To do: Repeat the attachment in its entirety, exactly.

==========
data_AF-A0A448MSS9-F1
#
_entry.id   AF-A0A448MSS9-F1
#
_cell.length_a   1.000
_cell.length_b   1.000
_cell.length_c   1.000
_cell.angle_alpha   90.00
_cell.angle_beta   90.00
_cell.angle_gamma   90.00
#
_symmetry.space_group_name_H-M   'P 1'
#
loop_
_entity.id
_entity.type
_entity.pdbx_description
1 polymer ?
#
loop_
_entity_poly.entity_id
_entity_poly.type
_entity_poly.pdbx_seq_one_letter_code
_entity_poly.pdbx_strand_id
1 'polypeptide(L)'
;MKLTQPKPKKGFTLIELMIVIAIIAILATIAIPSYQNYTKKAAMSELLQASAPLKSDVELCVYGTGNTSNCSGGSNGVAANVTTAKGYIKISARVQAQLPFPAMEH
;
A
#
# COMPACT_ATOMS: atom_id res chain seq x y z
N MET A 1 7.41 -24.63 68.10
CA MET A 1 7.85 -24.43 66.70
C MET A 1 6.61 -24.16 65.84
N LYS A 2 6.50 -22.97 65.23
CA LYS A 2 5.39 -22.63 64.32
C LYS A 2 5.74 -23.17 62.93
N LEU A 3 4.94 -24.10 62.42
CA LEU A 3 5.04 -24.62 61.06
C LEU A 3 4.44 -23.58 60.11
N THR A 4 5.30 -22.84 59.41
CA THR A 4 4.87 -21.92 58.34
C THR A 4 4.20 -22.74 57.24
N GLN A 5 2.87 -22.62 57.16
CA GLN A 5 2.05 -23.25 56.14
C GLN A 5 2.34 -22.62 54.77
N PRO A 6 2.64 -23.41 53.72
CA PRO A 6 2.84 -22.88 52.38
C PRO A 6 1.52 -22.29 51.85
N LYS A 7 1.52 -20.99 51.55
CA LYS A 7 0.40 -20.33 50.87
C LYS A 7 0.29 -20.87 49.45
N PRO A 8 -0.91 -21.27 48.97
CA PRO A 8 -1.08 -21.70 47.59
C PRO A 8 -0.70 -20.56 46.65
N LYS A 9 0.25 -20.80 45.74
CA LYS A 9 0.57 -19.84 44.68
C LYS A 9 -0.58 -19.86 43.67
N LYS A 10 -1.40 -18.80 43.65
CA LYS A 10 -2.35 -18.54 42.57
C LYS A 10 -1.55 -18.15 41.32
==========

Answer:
data_AF-A0A448MSS9-F1
#
_entry.id   AF-A0A448MSS9-F1
#
_cell.length_a   1.000
_cell.length_b   1.000
_cell.length_c   1.000
_cell.angle_alpha   90.00
_cell.angle_beta   90.00
_cell.angle_gamma   90.00
#
_symmetry.space_group_name_H-M   'P 1'
#
loop_
_entity.id
_entity.type
_entity.pdbx_description
1 polymer ?
#
loop_
_entity_poly.entity_id
_entity_poly.type
_entity_poly.pdbx_seq_one_letter_code
_entity_poly.pdbx_strand_id
1 'polypeptide(L)'
;MKLTQPKPKKGFTLIELMIVIAIIAILATIAIPSYQNYTKKAAMSELLQASAPLKSDVELCVYGTGNTSNCSGGSNGVAANVTTAKGYIKISARVQAQLPFPAMEH
;
A
#
# COMPACT_ATOMS: atom_id res chain seq x y z
N MET A 1 7.41 -24.63 68.10
CA MET A 1 7.85 -24.43 66.70
C MET A 1 6.61 -24.16 65.84
N LYS A 2 6.50 -22.97 65.23
CA LYS A 2 5.39 -22.63 64.32
C LYS A 2 5.74 -23.17 62.93
N LEU A 3 4.94 -24.10 62.42
CA LEU A 3 5.04 -24.62 61.06
C LEU A 3 4.44 -23.58 60.11
N THR A 4 5.30 -22.84 59.41
CA THR A 4 4.87 -21.92 58.34
C THR A 4 4.20 -22.74 57.24
N GLN A 5 2.87 -22.62 57.16
CA GLN A 5 2.05 -23.25 56.14
C GLN A 5 2.34 -22.62 54.77
N PRO A 6 2.64 -23.41 53.72
CA PRO A 6 2.84 -22.88 52.38
C PRO A 6 1.52 -22.29 51.85
N LYS A 7 1.52 -20.99 51.55
CA LYS A 7 0.40 -20.33 50.87
C LYS A 7 0.29 -20.87 49.45
N PRO A 8 -0.91 -21.27 48.97
CA PRO A 8 -1.08 -21.70 47.59
C PRO A 8 -0.70 -20.56 46.65
N LYS A 9 0.25 -20.80 45.74
CA LYS A 9 0.57 -19.84 44.68
C LYS A 9 -0.58 -19.86 43.67
N LYS A 10 -1.40 -18.80 43.65
CA LYS A 10 -2.35 -18.54 42.57
C LYS A 10 -1.55 -18.15 41.32